[SOLVED] Android – Custom dynamically-generated compound View recreated in RecyclerView, causing poor performance

Issue

I’m using a custom CompoundView which extends LinearLayout to display items of a RecyclerView. Each item displays an article which contains multiple paragraphs and images.

The CompoundView adds TextView or ImageView dynamically based on the data attached by CompoundView.setData(List<DataPiece> pieces), the number of which is unknown before data is attached.

Each DataPiece object tells CompoundView whether it’s a piece of text or an image. And here is the code for CompoundView.setData(List<DataPiece> pieces):

public void setData(List<DataPiece> pieces) {
    removeAllViews();
    for (DataPiece dataPiece : pieces) {
        switch (dataPiece.getType()) {
            case IMAGE:
                ImageView imageView = new ImageView(getContext());
                ...
                addView(imageView);
                break;
            case TEXT:
                TextView textView = new TextView(getContext());
                ...
                addView(textView);
                break;
        }
    }
}

In the RecyclerView.Adapter.onBindViewHolder(), the data is attached to CompoundView by calling MyViewHolder.compoundView.setData(...). And it works fine when the RecyclerView is created.

However, for a CompoundView item with multiple ImageViews and TextViews, when I scroll away from it and then scroll back, the scroll becomes heavily unsmooth.

I guess it’s because removeAllViews() in setData() is called, and the CompoundView creation for-loop is executed again by the recycler. But I don’t know how to avoid this.

And I also wonder why the scroll is always smooth when using TextView(with Images) in a RecyclerView even it’s recycled too.

Thanks in advance!

Solution

There are multiple considerations that could go into deciding what the best approach might be.

First, do you have an idea about the maximum number of items in the recycler’s list? If it is just a handful, maybe you could ditch the RecyclerView approach and just add your CompoundView into a container hosted by a ScrollView.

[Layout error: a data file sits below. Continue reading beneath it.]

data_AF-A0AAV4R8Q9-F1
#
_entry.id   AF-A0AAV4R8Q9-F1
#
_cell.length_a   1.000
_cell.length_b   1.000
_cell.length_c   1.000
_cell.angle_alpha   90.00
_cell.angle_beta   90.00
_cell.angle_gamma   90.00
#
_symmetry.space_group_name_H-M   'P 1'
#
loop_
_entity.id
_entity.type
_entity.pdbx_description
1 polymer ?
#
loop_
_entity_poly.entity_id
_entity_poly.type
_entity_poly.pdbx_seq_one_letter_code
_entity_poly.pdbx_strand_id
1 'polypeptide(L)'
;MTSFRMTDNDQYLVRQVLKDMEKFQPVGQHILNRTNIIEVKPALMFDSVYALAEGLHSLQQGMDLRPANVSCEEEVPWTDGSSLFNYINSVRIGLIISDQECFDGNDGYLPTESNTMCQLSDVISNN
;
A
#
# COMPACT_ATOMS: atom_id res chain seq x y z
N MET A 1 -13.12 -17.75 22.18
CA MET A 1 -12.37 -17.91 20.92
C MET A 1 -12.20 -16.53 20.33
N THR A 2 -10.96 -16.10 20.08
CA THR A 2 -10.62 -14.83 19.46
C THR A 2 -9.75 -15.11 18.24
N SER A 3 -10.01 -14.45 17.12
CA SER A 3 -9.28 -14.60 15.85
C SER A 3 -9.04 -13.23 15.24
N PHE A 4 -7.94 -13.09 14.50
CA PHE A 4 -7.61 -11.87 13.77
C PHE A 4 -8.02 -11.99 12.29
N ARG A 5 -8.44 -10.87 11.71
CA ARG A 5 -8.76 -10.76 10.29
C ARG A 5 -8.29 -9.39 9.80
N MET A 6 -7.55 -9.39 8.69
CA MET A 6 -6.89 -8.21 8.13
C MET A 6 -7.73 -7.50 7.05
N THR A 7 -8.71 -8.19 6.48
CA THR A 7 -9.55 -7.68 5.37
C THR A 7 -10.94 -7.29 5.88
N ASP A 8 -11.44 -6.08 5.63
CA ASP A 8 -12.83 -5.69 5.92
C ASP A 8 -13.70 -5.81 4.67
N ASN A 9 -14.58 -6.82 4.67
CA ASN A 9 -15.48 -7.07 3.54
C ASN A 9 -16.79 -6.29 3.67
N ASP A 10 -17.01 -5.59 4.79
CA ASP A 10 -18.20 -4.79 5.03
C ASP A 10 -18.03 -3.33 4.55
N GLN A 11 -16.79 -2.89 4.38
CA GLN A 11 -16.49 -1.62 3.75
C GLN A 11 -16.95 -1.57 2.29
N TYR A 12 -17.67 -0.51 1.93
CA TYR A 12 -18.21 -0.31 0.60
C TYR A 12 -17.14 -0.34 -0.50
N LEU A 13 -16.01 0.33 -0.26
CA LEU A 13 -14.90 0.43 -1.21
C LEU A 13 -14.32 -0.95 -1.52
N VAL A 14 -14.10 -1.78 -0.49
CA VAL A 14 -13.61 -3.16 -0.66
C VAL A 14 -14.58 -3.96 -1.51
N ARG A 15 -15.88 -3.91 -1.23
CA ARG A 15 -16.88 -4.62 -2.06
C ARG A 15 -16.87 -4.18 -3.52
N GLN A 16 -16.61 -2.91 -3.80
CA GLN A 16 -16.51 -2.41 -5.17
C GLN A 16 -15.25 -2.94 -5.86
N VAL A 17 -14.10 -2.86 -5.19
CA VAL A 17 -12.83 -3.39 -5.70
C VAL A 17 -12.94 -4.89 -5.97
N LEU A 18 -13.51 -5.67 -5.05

Secondly – is the layout of each item fairly complicated (a.k.a. are there many TextViews, ImageViews etc. in it)? If yes, maybe you could take an approach that would resemble an ExpandableListView – show a summary as each list item and expand to the full layout of the item on click.

Thirdly – if none of the above is acceptable and you still want to go the current approach – don’t construct/add your view in the binding method. Do it in the onCreateViewHolder, when the system expects you to construct your view (I don’t know for sure but by the time you’re called on onBindViewHolder your view might have been already added to the hierarchy and any hierarchical change to it has a ripple effect on its containers – but don’t take my word for it, I don’t actually know the view is already added, it is just an assumption). You will have to assign each item a different type, so that in onCreateViewHolder you could match the view type with the supporting data (for the addition of the corresponding number of child views); create the view from scratch each time – this way you don’t need to call on removeAllViews. Something like(I left out parts of the adapter that are not relevant to the case):

public class RecyclerViewAdapter extends RecyclerView.Adapter<RecyclerView.ViewHolder> {
    ArrayList<DataPiecesList> mItems;
    public RecyclerViewAdapter(ArrayList<DataPiecesList> items) {
        mItems = items;
    }

    @Override
    public RecyclerView.ViewHolder onCreateViewHolder(ViewGroup parent, int viewType) {
        CompoundView compoundView = new CompoundView();
        List<DataPiece> dataPieces = mItems.get(viewType);
        for (int i = 0; i < dataPieces.size(); i++)
        {
            // construct TextView or ImageView or whatever
            compoundView.add(child);
        }
        MyViewHolder view = new MyViewHolder(compoundView);
        return view;
    }

    @Override
    public void onBindViewHolder(RecyclerView.ViewHolder viewHolder, int i) {
        CompoundView compoundView = viewHolder.itemView;
        DataPiece dataPiece = mItems.get(i);
        for (int j = 0; j < compoundView.getChildCount(); j++)
        {
            compoundView.getChildAt(j) <- dataPiece.get(j);
        }
    }

    @Override
    public int getItemViewType(int position) {
        return position;
    }

    @Override
    public int getItemCount() {
        return mItems.size();
    }

    public class MyViewHolder extends RecyclerView.ViewHolder {
        ...
        public MyViewHolder(View itemView) {
            super(itemView);
        }
    }
}

Answered By – N.T.

Answer Checked By – Marie Seifert (BugsFixing Admin)

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